I recently spoke about Arthur Miller’s Death of a Salesman to a group of people who had provided financial support for its recent Broadway revival. We then attended the production and, afterward, listened to a Q&A session with the actors.
This is the three-part ecosystem that sustains a great play. As an English professor who teaches Death of a Salesman, I help maintain its place in the literary canon. The backers to whom I spoke, through their financial support, give the play life—in this case, on Broadway, the world’s most important venue for a theatrical work. And the actors give flesh to its latest incarnation.
When I ask my students to write about Death of Salesman, I encourage them to think like a director staging the play. The choice to highlight some element—say, the pathological dynamics of the Loman family, or the exploitation of Willy as an employee, or the way in which a changing technological landscape is rendering Willy obsolete—opens a door for readers (in the case of an essay) and audiences (in the case of a performance). The play allows many ways in—and any one of them, in a given interpretive paper or a given performance, produce different angles on its characters, political viewpoints, and critiques of the social context of its time and our own.
As a teacher, I facilitate these different interpretations, but stand apart from both the student writer and the theater director. My job is to see the play in all its potentialities, something that no single paper or performance could encompass. Is Willy’s dream incorrect? It depends on how you look at it. Does Biff finally free himself of the delusions inflicted upon him by his father? Possibly and possibly not. Is Happy a tragic repetition of his father’s benightedness? It depends on how you understand repetition. Is the play an indictment of the capitalistic rat-race? Up to a point, perhaps, but there is also reverence for the individualism that undergirds it. I could go on. Of course, a good production like the one on Broadway is not a one-note performance; it presents several angles on these issues. Even so, the play closes off other possibilities of interpretation. As a square-jawed, dogged character, Philip Seymour Hoffman seems more inert and pigheaded than Dustin Hoffman’s frail and tremulous Willy or Brian Dennehy’s blundering Willy (an image that I also imagine for Lee J. Cobb, who originated the role on Broadway). At the same time, Linda Loman, as played by Linda Emond in the current revival, is far more level-headed and attractive than previous Lindas I’ve seen. This gives her a solidity that somehow reduces the tragic element. Hopefulness crystallizes around her at the end, despite her realization that none of the many people who presumably admired Willy had come to his funeral. Perhaps she will lead her family to some sort of better place now that her husband is no longer there to obstruct change.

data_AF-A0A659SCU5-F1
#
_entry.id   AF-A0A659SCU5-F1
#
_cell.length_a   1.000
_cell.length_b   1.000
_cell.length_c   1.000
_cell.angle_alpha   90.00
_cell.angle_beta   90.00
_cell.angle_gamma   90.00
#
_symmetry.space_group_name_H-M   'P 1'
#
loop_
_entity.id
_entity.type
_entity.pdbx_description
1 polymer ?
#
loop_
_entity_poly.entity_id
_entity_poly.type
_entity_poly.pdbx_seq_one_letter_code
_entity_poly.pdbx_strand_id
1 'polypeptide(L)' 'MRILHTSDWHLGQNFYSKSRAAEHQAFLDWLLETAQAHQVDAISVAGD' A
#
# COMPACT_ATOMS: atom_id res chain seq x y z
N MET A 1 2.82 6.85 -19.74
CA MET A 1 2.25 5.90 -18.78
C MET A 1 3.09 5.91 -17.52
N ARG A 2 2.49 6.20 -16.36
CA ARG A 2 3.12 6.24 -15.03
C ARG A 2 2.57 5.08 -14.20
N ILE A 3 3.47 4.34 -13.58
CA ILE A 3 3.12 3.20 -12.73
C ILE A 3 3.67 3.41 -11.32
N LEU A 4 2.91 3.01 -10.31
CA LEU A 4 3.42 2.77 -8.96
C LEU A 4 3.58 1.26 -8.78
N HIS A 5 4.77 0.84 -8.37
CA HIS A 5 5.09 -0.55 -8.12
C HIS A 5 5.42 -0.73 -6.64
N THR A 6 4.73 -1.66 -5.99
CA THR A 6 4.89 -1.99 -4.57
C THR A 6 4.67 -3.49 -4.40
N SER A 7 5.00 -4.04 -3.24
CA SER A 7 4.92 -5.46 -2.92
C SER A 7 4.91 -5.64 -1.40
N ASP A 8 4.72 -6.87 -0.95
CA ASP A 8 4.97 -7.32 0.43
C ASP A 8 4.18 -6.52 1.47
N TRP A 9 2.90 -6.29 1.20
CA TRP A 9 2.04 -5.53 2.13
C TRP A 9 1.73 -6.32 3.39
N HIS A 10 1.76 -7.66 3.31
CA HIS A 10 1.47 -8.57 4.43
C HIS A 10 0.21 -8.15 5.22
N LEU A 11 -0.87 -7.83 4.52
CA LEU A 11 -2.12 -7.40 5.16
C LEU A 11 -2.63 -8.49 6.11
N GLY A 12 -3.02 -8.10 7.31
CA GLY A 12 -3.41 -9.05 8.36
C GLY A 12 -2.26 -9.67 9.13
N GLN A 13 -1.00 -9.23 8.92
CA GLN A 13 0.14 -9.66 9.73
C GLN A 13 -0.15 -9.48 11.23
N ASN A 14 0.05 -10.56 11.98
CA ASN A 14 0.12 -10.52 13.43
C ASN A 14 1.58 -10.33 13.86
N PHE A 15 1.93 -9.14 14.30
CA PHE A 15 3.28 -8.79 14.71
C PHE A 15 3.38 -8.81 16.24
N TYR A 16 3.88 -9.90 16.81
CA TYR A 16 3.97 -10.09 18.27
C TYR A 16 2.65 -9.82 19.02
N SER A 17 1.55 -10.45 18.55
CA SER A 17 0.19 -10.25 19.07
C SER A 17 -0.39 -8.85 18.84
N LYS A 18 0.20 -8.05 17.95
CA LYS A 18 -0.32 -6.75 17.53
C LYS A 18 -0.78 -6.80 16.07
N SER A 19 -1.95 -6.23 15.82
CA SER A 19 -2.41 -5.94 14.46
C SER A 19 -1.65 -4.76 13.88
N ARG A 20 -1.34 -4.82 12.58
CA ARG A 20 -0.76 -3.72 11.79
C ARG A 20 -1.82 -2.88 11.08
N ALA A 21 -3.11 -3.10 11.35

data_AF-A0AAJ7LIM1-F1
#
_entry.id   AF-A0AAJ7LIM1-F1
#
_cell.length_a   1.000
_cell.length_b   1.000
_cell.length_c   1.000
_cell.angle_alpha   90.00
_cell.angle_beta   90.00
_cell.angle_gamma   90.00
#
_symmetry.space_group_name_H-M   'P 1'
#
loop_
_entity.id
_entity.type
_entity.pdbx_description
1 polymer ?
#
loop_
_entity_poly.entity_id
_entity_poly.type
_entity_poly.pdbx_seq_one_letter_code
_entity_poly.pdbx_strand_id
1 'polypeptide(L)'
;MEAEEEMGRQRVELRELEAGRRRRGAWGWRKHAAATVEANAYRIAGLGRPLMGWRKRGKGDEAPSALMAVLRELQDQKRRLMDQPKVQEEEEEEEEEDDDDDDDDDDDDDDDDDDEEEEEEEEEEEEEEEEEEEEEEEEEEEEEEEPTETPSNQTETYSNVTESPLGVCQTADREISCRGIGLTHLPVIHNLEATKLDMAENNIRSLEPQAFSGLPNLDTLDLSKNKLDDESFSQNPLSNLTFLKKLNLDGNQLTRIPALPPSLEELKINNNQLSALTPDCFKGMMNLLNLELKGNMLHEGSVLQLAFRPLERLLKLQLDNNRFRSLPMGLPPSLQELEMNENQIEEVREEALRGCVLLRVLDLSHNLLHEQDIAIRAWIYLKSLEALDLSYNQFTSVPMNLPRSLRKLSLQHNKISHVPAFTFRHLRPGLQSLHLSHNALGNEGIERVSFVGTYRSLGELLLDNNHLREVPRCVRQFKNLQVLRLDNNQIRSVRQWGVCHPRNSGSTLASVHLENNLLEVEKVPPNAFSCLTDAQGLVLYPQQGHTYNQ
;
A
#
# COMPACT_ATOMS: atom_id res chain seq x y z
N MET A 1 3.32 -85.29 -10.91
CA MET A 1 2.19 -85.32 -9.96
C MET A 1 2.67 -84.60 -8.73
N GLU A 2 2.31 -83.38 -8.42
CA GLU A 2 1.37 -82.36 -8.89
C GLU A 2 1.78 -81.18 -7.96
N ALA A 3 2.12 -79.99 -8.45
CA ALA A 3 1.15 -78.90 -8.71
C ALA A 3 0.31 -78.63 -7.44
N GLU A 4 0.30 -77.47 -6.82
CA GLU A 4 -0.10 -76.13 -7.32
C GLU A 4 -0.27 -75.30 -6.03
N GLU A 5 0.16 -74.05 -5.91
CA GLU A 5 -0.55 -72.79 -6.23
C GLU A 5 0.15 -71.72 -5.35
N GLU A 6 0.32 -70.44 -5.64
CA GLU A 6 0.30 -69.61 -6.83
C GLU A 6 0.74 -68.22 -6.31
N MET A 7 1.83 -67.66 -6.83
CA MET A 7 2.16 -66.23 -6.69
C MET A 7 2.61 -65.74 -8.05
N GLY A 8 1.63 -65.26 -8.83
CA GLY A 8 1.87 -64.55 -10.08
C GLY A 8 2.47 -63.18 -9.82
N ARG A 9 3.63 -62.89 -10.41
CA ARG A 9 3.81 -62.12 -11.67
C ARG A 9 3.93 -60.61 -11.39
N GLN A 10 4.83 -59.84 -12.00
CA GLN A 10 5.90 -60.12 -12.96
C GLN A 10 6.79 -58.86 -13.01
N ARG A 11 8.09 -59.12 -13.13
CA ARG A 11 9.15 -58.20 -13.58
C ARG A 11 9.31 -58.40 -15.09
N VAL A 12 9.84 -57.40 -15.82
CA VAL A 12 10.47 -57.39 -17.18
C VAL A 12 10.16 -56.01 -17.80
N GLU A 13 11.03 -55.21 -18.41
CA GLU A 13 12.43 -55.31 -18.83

Although I appreciate the way a live production illuminates facets of the play and, as in the case of Linda Emond, opens me to fresh interpretations, I always feel let down when I know a play as well as I do this one. I sympathize with the eminent literary critic Harold Bloom who says that he can’t abide seeing Shakespeare performed. The plays as they exist in his mind’s eye are too rich to support any single staging of them. This is the casualty of knowing a work too well. You begin to feel that nothing can do justice to the performance playing in your head.
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